Please use this identifier to cite or link to this item: https://hdl.handle.net/2440/102874
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Type: Journal article
Title: Eukaryotic elongation factor 2 kinase activity is controlled by multiple inputs from oncogenic signaling
Author: Wang, X.
da Mota, S.
Liu, R.
Moore, C.
Xie, J.
Lanucara, F.
Agarwala, U.
Ruys, S.
Vertommen, D.
Rider, M.
Eyers, C.
Proud, C.
Citation: Molecular and Cellular Biology, 2014; 34(22):4088-4103
Publisher: American Society for Microbiology
Issue Date: 2014
ISSN: 0270-7306
1098-5549
Statement of
Responsibility: 
Xuemin Wang, Sergio Regufe da Mota, Rui Liu, Claire E. Moore, Jianling Xie, Francesco Lanucara, Usha Agarwala, Sébastien Pyr dit Ruys, Didier Vertommen, Mark H. Rider, Claire E. Eyers, Christopher G. Proud
Abstract: Eukaryotic elongation factor 2 kinase (eEF2K), an atypical calmodulin-dependent protein kinase, phosphorylates and inhibits eEF2, slowing down translation elongation. eEF2K contains an N-terminal catalytic domain, a C-terminal α-helical region and a linker containing several regulatory phosphorylation sites. eEF2K is expressed at high levels in certain cancers, where it may act to help cell survival, e.g., during nutrient starvation. However, it is a negative regulator of protein synthesis and thus cell growth, suggesting that cancer cells may possess mechanisms to inhibit eEF2K under good growth conditions, to allow protein synthesis to proceed. We show here that the mTORC1 pathway and the oncogenic Ras/Raf/MEK/extracellular signal-regulated kinase (ERK) pathway cooperate to restrict eEF2K activity. We identify multiple sites in eEF2K whose phosphorylation is regulated by mTORC1 and/or ERK, including new ones in the linker region. We demonstrate that certain sites are phosphorylated directly by mTOR or ERK. Our data reveal that glycogen synthase kinase 3 signaling also regulates eEF2 phosphorylation. In addition, we show that phosphorylation sites remote from the N-terminal calmodulin-binding motif regulate the phosphorylation of N-terminal sites that control CaM binding. Mutations in the former sites, which occur in cancer cells, cause the activation of eEF2K. eEF2K is thus regulated by a network of oncogenic signaling pathways.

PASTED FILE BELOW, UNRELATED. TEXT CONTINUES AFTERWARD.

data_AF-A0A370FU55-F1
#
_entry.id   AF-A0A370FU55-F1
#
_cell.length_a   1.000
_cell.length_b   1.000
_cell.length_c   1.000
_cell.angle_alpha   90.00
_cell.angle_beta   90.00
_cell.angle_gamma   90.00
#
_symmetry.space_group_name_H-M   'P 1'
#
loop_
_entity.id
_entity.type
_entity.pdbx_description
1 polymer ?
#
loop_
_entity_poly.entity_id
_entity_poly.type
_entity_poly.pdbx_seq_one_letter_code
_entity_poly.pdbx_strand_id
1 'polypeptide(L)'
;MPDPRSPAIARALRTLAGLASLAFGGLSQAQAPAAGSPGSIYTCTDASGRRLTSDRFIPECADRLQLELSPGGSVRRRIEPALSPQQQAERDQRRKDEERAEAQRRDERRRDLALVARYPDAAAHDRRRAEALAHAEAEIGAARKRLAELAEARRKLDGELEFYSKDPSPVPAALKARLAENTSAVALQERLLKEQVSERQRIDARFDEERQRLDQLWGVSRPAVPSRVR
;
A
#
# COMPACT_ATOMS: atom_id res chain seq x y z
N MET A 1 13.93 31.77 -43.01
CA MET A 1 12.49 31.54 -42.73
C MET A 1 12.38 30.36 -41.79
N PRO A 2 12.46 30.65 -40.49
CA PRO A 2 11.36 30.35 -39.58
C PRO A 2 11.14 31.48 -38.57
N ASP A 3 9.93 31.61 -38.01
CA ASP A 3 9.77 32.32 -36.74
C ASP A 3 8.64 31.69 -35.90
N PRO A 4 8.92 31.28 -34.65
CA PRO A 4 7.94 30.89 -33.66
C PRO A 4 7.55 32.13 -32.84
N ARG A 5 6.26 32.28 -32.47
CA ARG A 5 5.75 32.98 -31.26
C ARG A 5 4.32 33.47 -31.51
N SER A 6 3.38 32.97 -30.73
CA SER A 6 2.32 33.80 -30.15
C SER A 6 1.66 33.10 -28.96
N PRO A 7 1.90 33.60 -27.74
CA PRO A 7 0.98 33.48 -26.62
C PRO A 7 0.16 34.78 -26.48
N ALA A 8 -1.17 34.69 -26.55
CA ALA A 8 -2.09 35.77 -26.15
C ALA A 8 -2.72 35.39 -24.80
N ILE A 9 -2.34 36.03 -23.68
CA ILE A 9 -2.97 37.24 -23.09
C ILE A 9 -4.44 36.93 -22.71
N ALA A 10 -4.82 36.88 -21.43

Keywords: Eukaryotic elongation factor 2 kinase (eEF2K)
Rights: Copyright © 2014, American Society for Microbiology. All Rights Reserved.
DOI: 10.1128/MCB.01035-14
Appears in Collections:Aurora harvest 7
Molecular and Biomedical Science publications

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